itable Prin. Cilley, with his 1st Maine Cavalry; these now sent to complete the peace around Petersburg. Now rides the provost marshal general, gallant George Macy of the 20th Massachusetts, hisghty tread, our horses hardly able to keep their feet, bearing us over to the gloomy tests of Petersburg, the long beginning of the end. And where are the brave young feet that pressed your well-auntless Morrow, of the Iron Brigade, erect above the scars of Gettysburg, the Wilderness, and Petersburg; resolute Baxter, and bold Dick Coulter,--veterans, marked, too, with wounds. Theirs is the b daring spirit; Prescott, of the 32d Massachusetts, who lay touching feet with me after mortal Petersburg of June 18th, under the midnight requiem of the somber pines,--I doomed of all to go, and biddand men in that single action. This same 1st Maine, afterwards in the rashly-bidden charge at Petersburg, June 18, 1864, added to its immortal roll six hundred and thirty-two lost in that futile assa
Joshua Lawrence Chamberlain, The Passing of the Armies: The Last Campaign of the Armies., Chapter 10: Sherman's Army. (search)
slike to Western men, but quite the contrary, as very many of them bore close relationship to our New England families; and as to the merits of Sherman's army we did not hesitate to do it justice or give it sincere and generous praise. The taunts thrown at us by men on that side met the retort from similar characters on our side that in their boasted march to the sea they met only fat turkeys and sucking pigs. What little truth there might have been under this satire we were not disposed to inquire, but did our best to rebuke such expressions and cultivate all around a spirit of broad loyalty and common good-will; as to the claim that Sherman's army did all the fighting, we rested on the testimony of official figures, which showed the losses of Sherman's army from Chattanooga to Atlanta, 31,687 men; Meade's losses for the same period, from the Rapidan to Petersburg, 88,387. Time, however, soon settled these bickerings by separation and return to the duties of a common citizenship.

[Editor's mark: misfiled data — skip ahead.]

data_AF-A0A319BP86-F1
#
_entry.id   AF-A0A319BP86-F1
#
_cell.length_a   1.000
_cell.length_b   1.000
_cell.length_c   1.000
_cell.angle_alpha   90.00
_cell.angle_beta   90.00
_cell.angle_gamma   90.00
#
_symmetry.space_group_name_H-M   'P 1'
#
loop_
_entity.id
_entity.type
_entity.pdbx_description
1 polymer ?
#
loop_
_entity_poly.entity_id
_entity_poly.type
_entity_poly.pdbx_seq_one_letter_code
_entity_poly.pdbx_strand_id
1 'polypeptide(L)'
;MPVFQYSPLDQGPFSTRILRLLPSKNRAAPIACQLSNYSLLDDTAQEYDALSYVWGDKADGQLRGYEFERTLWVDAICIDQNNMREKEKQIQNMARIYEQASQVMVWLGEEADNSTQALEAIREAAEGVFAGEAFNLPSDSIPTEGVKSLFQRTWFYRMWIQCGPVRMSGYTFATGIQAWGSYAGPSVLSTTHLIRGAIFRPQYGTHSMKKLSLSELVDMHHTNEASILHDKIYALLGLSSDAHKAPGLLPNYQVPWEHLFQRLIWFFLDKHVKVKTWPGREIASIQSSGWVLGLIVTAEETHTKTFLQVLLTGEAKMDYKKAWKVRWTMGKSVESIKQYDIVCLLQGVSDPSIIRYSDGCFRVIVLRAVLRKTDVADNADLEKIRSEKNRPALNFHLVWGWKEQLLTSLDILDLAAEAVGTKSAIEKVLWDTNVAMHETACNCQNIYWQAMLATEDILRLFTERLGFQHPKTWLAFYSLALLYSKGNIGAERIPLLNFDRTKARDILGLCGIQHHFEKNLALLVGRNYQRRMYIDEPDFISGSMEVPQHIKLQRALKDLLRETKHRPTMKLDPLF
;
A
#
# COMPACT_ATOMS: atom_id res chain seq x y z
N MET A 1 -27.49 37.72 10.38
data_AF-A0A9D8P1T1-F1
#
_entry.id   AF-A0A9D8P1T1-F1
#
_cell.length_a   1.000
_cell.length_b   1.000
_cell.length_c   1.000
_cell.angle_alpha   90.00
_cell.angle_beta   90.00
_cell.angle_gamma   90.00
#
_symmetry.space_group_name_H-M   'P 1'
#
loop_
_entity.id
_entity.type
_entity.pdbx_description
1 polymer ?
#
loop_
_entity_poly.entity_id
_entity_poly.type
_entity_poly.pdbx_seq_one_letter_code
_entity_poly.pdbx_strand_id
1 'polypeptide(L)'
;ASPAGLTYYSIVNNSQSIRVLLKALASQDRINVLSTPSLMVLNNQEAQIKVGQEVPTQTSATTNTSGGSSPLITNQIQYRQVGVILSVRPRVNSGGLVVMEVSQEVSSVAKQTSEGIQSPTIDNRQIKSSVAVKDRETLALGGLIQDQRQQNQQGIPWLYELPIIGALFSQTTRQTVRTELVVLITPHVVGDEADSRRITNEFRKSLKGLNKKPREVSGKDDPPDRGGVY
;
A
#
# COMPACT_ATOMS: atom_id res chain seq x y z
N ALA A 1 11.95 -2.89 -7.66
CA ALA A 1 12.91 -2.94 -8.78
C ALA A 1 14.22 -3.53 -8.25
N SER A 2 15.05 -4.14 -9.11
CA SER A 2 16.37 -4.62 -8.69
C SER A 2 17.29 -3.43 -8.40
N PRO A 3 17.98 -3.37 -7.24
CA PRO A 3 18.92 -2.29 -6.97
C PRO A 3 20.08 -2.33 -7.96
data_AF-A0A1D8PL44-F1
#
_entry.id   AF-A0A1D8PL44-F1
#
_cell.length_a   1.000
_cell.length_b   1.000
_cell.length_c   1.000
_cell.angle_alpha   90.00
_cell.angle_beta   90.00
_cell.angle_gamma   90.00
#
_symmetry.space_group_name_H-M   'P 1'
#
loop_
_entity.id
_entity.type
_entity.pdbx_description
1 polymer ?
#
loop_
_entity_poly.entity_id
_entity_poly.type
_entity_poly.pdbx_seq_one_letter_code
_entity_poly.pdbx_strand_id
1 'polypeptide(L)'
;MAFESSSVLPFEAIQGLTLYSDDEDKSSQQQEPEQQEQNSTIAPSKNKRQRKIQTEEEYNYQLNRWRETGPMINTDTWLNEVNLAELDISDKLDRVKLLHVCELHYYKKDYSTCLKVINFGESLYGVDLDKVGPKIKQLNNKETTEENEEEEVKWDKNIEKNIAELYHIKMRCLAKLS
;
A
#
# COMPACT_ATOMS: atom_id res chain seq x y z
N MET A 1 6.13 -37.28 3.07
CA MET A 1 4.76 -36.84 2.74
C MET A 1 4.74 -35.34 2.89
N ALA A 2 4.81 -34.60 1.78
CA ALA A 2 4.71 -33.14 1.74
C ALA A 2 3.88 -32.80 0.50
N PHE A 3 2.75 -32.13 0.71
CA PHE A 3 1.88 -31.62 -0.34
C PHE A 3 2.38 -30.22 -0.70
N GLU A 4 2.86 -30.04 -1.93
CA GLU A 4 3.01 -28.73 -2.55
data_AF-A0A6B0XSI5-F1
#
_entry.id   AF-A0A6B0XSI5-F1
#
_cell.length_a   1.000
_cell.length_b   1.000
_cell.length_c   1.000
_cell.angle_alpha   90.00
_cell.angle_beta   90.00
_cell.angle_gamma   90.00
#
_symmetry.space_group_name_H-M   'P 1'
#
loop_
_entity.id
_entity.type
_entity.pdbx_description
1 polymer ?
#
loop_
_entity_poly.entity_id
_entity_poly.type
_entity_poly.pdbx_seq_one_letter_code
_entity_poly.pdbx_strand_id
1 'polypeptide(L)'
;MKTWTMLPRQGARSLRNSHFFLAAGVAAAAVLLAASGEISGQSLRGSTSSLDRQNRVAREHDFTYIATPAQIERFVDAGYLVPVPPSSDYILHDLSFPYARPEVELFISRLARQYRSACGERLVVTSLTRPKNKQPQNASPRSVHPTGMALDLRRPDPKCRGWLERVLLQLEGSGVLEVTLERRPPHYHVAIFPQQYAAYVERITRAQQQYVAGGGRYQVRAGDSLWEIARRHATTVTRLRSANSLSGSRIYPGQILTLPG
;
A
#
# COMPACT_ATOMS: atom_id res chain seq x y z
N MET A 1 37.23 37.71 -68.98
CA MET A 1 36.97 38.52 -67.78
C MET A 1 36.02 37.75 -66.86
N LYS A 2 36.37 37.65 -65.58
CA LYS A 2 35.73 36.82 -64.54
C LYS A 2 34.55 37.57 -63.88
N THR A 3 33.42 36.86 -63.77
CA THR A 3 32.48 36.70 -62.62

Joshua Lawrence Chamberlain, The Passing of the Armies: The Last Campaign of the Armies., Military order of the Loyal Legion of the United States: headquarters Commandery of the State of Maine. (search)
e consolidation of two brigades of Pennsylvania troops of the 1st Corps and Chamberlain was assigned to the command by General Warren, commanding the corps. At Petersburg, on the 18th of June, he led an attack on a strong position from which a heavy artillery fire was directed on his advance. Many of his men were swept down and e Inf'y Volunteers, for meritorious and efficient services on the field of battle and especially for gallant conduct in leading his brigade against the enemy at Petersburg on the 18th inst., in which he was dangerously wounded, hereby, in pursuance of the authority of the Secretary of War, is appointed Brig. Gen. of U. S. Voluntee Operations on the White Oak Road, Virginia, March 31, 1865, read December 6, 1893; in Volume II, Five Forks, read May 2, 1900; in Volume III, Reminiscences of Petersburg and Appomattox, October, 1903, read March 2, 1904, and The Grand review of the Army of the Potomac, read May 2, 1906. Among the papers in the hands of the Publ
e year 1864, and the spring of 1865. At Trevillian's, Sheridan was driven back and Charlottesville saved; on the Weldon railroad the Federal cavalry, under Kautz and Wilson, was nearly cut to pieces, and broke in disorder, leaving on the roads their wagons, cannons, ambulances, their dead men and horses; near Bellfield the Federal column sent to destroy the railroad was encountered, stubbornly opposed, and driven back before they could burn the bridge at Hicksford; at Burgess' Mill, near Petersburg, where General Grant made his first great blow with two corps of infantry, at the Southside railroad, Hampton met them in front and flank, fought them all an October day nearly, lost his brave son Preston, dead from a bullet on the field, but in conjunction with Mahone, that hardy fighter, sent the enemy in haste back to their works; thus saving for the time the great war artery of the Southern army. Thenceforward, until he was sent to South Carolina, Hampton held the right of Lee in the